Home Forex News Mexican peso, stocks tumble on fears of ruling coalition super-majority in Congress

Mexican peso, stocks tumble on fears of ruling coalition super-majority in Congress


By Karin Strohecker and Rodrigo Campos

LONDON/NEW YORK (Reuters) -Mexican stocks fell over 6% on Monday and the peso closed at its weakest to the dollar since November after the country’s ruling party scored a surprisingly strong election result and looked poised for a super-majority in Congress that markets fear might bring constitutional change and diminish checks and balances.

Claudia Sheinbaum won a landslide victory in Sunday’s presidential election, as had been widely expected. But the scale of the gains for the Morena party and its allies took markets by surprise, with some fearing the results would pave the way for the ruling coalition to pass constitutional reforms without opposition support.

A two-thirds super-majority in both chambers of Congress is still in the cards for Morena, which also won the mayoral race in Mexico City by a double-digit margin.

The Mexican peso earlier hit a fresh seven-week low of 17.754 to the dollar, a 4.29% drop, LSEG data showed. It ended the session down 3.8% at 17.671 per dollar, its weakest daily close since November.

“The question is whether the Morena party has done so well that it could command a super-majority and try to pursue market non-friendly policies of constitutional reform,” said Chris Turner, global head of markets at ING.

The latest losses mean the peso has weakened more than 4% since the start of 2024, a sharp turnaround for the currency, which was, until recently, one of the few in emerging markets to have gained ground against a strong dollar this year.

Mexico’s benchmark stock market index ended the session down 6.1%, while the MSCI index, priced in dollars, dropped 8.8%. The iShares MSCI Mexico ETF closed 10.7% lower.

“The main challenge for president-elect Claudia Sheinbaum will be to bolster market sentiment and provide a predictable and investment-friendly policy and regulatory framework,” Alberto Ramos, head of Latin America economics research at Goldman Sachs, said in a client note.

“Ultimately, the new administration will be challenged not to encroach on private sector activity and free markets, and to avoid further erosion of institutional quality.”


Foreign currency sovereign bonds were little changed overall, with the spread measured by JPMorgan’s EMBIGD index widening by six basis points to 306 bps. The cost to insure five-year Mexican sovereign debt via CDS rose by six basis points to 101 bps, according to S&P Global, while those of Pemex ticked up one basis point to 471 bps. The local debt benchmark bond yield rose 16 basis points to 9.934%, the highest since April 30 according to LSEG.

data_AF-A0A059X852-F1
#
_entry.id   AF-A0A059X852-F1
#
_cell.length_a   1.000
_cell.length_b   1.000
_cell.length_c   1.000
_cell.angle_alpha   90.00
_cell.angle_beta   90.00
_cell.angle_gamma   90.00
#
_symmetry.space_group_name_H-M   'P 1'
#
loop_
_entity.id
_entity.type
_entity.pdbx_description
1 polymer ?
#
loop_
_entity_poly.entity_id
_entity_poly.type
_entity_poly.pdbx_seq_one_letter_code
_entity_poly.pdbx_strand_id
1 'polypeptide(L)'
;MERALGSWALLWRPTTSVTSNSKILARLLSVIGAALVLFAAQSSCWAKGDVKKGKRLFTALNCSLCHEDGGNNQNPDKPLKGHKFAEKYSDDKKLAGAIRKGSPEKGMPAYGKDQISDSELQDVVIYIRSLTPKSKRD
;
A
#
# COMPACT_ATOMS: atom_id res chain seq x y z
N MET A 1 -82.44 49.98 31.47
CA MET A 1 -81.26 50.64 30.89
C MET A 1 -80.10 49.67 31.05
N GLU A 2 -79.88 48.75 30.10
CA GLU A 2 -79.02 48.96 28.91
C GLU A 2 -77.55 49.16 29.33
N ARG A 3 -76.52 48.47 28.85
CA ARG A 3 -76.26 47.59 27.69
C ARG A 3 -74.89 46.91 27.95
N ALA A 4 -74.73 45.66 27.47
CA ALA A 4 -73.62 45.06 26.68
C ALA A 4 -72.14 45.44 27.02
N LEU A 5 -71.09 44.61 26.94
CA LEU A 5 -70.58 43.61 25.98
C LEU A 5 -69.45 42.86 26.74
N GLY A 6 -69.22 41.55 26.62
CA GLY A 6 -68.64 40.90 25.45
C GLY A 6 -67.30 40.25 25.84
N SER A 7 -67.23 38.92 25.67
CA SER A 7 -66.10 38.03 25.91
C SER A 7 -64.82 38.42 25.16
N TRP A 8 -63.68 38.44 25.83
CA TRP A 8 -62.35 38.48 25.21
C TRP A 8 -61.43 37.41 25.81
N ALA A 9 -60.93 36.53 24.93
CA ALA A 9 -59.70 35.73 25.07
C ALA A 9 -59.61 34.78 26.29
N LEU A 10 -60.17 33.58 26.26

Sheinbaum, a climate scientist and former mayor of Mexico City, won the presidency with just shy of six votes in ten, with 92% of ballots counted, in what is set to be the highest vote percentage in Mexico’s democratic history.

“Even if Morena fell a bit short of achieving a two-thirds majority in the Senate, opposition parties could swing and favor Morena on issues that could significantly impact the business environment” said Alejo Czerwonko, chief investment officer for emerging markets Americas at UBS Financial Services.

In February, President Andres Manuel Lopez Obrador had proposed sweeping constitutional reforms, including measures to overhaul the judiciary, electoral law, pensions, and environmental regulations.

Lopez Obrador said in a morning press conference on Monday that Mexico’s finance minister, Rogelio Ramirez de la O, will remain in his post for some time to help facilitate the transition.

When asked about the possibility of pursuing major reforms in Congress once new lawmakers are seated on Oct. 1, Lopez Obrador said he would discuss the topic with his successor.

“We have to get on the same page to discuss these initiatives with Claudia, as well as other things we need to work on together,” Lopez Obrador said. “I don’t want to impose anything.”

Throughout the course of his tenure, Lopez Obrador had doubled the minimum wage, reduced poverty and oversaw a strengthening peso and low levels of unemployment – successes that made him incredibly popular.

Sheinbaum has promised to expand the welfare policies that drove the current president’s popularity and led to her election triumph, but it will be a tricky task because of the hefty budget deficit and low economic growth.

JPMorgan noted the conciliatory tone of Sheinbaum’s acceptance speech, which she directed to all Mexicans. She also “sought to calm down markets by stressing that her administration will guarantee an autonomous central bank, keep the division between economic and political powers, abide by legality and preserve a disciplined fiscal stance,” JPMorgan said in a client note.

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